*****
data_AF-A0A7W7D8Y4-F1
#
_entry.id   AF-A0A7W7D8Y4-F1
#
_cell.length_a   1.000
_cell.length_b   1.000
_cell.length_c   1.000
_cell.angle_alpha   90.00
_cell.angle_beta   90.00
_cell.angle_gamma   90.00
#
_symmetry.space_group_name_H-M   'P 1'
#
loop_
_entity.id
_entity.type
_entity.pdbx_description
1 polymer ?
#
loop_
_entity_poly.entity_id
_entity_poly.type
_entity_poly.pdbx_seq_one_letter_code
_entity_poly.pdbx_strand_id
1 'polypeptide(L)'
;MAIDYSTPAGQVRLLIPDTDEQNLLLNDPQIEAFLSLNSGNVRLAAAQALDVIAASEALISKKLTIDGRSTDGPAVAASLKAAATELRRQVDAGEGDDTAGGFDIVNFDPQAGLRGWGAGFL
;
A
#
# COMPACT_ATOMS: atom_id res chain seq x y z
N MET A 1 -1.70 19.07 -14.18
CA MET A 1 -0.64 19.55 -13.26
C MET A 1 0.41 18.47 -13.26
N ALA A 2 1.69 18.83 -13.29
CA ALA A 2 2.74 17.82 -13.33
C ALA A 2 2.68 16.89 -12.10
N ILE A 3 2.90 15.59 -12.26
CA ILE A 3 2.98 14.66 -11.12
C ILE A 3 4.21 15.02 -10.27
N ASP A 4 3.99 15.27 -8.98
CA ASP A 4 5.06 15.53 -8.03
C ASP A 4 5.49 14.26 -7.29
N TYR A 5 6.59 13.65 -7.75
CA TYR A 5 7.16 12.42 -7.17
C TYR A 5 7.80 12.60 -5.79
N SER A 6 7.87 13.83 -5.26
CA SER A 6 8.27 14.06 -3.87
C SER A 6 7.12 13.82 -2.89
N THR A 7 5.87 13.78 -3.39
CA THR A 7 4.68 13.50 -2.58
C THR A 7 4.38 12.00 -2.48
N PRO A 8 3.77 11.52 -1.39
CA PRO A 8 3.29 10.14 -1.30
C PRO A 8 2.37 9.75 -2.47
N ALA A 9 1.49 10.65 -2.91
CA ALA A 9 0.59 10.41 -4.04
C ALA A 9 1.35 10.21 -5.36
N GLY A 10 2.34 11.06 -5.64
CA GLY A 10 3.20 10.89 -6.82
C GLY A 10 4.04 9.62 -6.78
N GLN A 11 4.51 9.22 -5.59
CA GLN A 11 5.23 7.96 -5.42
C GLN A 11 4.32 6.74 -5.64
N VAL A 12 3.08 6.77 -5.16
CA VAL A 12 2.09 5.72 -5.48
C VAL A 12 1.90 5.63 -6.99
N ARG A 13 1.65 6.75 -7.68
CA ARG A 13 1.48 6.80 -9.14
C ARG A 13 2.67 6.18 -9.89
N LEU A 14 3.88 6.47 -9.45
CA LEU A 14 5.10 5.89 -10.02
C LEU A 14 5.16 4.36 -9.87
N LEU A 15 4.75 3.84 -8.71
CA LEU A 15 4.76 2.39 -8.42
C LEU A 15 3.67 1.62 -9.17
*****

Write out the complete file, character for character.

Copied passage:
data_AF-A0A7W7D8Y4-F1
#
_entry.id   AF-A0A7W7D8Y4-F1
#
_cell.length_a   1.000
_cell.length_b   1.000
_cell.length_c   1.000
_cell.angle_alpha   90.00
_cell.angle_beta   90.00
_cell.angle_gamma   90.00
#
_symmetry.space_group_name_H-M   'P 1'
#
loop_
_entity.id
_entity.type
_entity.pdbx_description
1 polymer ?
#
loop_
_entity_poly.entity_id
_entity_poly.type
_entity_poly.pdbx_seq_one_letter_code
_entity_poly.pdbx_strand_id
1 'polypeptide(L)'
;MAIDYSTPAGQVRLLIPDTDEQNLLLNDPQIEAFLSLNSGNVRLAAAQALDVIAASEALISKKLTIDGRSTDGPAVAASLKAAATELRRQVDAGEGDDTAGGFDIVNFDPQAGLRGWGAGFL
;
A
#
# COMPACT_ATOMS: atom_id res chain seq x y z
N MET A 1 -1.70 19.07 -14.18
CA MET A 1 -0.64 19.55 -13.26
C MET A 1 0.41 18.47 -13.26
N ALA A 2 1.69 18.83 -13.29
CA ALA A 2 2.74 17.82 -13.33
C ALA A 2 2.68 16.89 -12.10
N ILE A 3 2.90 15.59 -12.26
CA ILE A 3 2.98 14.66 -11.12
C ILE A 3 4.21 15.02 -10.27
N ASP A 4 3.99 15.27 -8.98
CA ASP A 4 5.06 15.53 -8.03
C ASP A 4 5.49 14.26 -7.29
N TYR A 5 6.59 13.65 -7.75
CA TYR A 5 7.16 12.42 -7.17
C TYR A 5 7.80 12.60 -5.79
N SER A 6 7.87 13.83 -5.26
CA SER A 6 8.27 14.06 -3.87
C SER A 6 7.12 13.82 -2.89
N THR A 7 5.87 13.78 -3.39
CA THR A 7 4.68 13.50 -2.58
C THR A 7 4.38 12.00 -2.48
N PRO A 8 3.77 11.52 -1.39
CA PRO A 8 3.29 10.14 -1.30
C PRO A 8 2.37 9.75 -2.47
N ALA A 9 1.49 10.65 -2.91
CA ALA A 9 0.59 10.41 -4.04
C ALA A 9 1.35 10.21 -5.36
N GLY A 10 2.34 11.06 -5.64
CA GLY A 10 3.20 10.89 -6.82
C GLY A 10 4.04 9.62 -6.78
N GLN A 11 4.51 9.22 -5.59
CA GLN A 11 5.23 7.96 -5.42
C GLN A 11 4.32 6.74 -5.64
N VAL A 12 3.08 6.77 -5.16
CA VAL A 12 2.09 5.72 -5.48
C VAL A 12 1.90 5.63 -6.99
N ARG A 13 1.65 6.75 -7.68
CA ARG A 13 1.48 6.80 -9.14
C ARG A 13 2.67 6.18 -9.89
N LEU A 14 3.88 6.47 -9.45
CA LEU A 14 5.10 5.89 -10.02
C LEU A 14 5.16 4.36 -9.87
N LEU A 15 4.75 3.84 -8.71
CA LEU A 15 4.76 2.39 -8.42
C LEU A 15 3.67 1.62 -9.17